Yesterday, we asked you for the most creative, dream job title you could come up with. We've had some great responses, but we'll give you a couple more days to think of a few more. And we thought this little story might egg you on. The intern at RhetoricalQuestion.com has jumped into the "bosses from hell" fray. It's really a geek-in-training nightmare, and we think you'll enjoy it. Thanks and good luck!
"I have worked at some downright shoddy companies before coming to
RhetoricalQuestion.com. One of them was a major bank. Somehow, the moment
I saw the words "horror story," this project came to mind.
Way back when I was a carefree co-op student with a relatively
non-technical sounding resume, I was tossed into software testing. (HR
figured that testing an application written in Java -- the code for which I
never saw -- would teach me to program in Java.) The application was a
little retirement calculator. You know, type in how much money you have,
how much you intend to save, and it tells you how much in debt you're going
to be when you die.
This was a delta project at the bank, which means that on a priority scale
of 1-4 (where 1 is the highest priority), it was a 4. Which also means
that there was 4 times as much stupidity involved in the management.
Using a visual programming tool -- which they had at the bank -- this
entire thing could be written by 1 person in no more than 2 days.
Moreover, changes to the requirements could be incorporated quickly, and
the testing group would only need to test actual calculations. But of
course, this approach would make sense, so of course they couldn't do it
On top of this, the team was unbalanced. The internal client was a 3
person team (or maybe even more -- we never dealt with anyone else,
though.) Then there was an additional business person on our side. And 1
development lead (who didn't actually develop anything for this project --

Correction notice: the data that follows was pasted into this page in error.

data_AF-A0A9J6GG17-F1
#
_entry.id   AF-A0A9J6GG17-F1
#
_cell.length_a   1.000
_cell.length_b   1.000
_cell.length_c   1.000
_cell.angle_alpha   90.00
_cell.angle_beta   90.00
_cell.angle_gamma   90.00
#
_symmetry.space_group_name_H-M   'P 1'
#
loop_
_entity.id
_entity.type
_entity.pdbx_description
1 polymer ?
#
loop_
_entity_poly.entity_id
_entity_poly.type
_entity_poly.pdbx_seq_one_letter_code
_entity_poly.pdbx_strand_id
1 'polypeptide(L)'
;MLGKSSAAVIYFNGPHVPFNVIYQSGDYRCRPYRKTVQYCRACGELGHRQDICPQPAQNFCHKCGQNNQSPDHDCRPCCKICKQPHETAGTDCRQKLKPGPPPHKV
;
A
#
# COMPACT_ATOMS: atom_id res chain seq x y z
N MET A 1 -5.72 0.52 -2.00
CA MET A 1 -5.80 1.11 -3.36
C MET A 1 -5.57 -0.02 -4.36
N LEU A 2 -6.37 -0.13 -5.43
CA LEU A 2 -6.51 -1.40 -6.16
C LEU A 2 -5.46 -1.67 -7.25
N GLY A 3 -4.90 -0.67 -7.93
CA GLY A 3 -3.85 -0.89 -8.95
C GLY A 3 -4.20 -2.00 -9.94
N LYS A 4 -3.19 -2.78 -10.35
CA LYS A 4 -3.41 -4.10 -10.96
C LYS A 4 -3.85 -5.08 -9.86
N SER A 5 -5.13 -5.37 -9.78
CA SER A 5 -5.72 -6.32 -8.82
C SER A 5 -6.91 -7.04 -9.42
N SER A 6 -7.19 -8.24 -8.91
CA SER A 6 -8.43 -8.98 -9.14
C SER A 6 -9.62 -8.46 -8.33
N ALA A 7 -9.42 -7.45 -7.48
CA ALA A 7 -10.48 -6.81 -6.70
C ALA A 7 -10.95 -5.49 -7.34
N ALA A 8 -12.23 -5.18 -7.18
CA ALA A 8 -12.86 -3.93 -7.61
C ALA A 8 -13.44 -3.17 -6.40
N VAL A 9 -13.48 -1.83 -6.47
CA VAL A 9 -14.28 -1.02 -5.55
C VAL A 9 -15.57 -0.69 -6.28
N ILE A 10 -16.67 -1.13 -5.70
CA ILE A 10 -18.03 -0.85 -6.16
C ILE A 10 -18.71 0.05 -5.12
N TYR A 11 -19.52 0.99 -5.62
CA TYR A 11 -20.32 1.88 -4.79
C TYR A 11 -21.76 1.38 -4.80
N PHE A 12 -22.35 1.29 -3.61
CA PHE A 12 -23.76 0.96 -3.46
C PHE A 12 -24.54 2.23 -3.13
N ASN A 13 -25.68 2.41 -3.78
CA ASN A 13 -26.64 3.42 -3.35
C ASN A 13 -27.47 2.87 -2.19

she just "led" the development effort.) Plus 2 networking people -- who
essentially installed the program on into the testing environment. And 1
IBM consultant. And 3 testers, including the test lead and yours truly.
And the project manager. And god knows how many people on the French
Translation Team in Montreal. (The French translation requirement got
dumped halfway through the project.) Finally, there was 1 (count him again,
1) actual developer coding the program. (He got a little swamped by the
end of the project, and they brought in 3 more people to help him out.)
Keep in mind. This is a calculator. Put in a few values, get a result. Done.
The entire project: five months. Month 1 was all the requirements. Most of
these requirements had to be fixed due to a lack of foresight. For
example, you could enter a planned retirement year that was BEFORE the
current year without generating any kind of an error.
The client/business team never asked such questions. The testing team did,
but that was after the thing was mostly developed.
My favourite problem was the lack of research they put into the deployment.
You see, they were building this massive web-based application at the same
time. The sole purpose of this application was to be "leading edge" -- at
present, they've been developing this application for 3 years. The Java
language has since gone through 3 major versions.
This little calculator was a Java application. They wanted to launch it
from a web browser. Unfortunately, this is impossible -- only applets can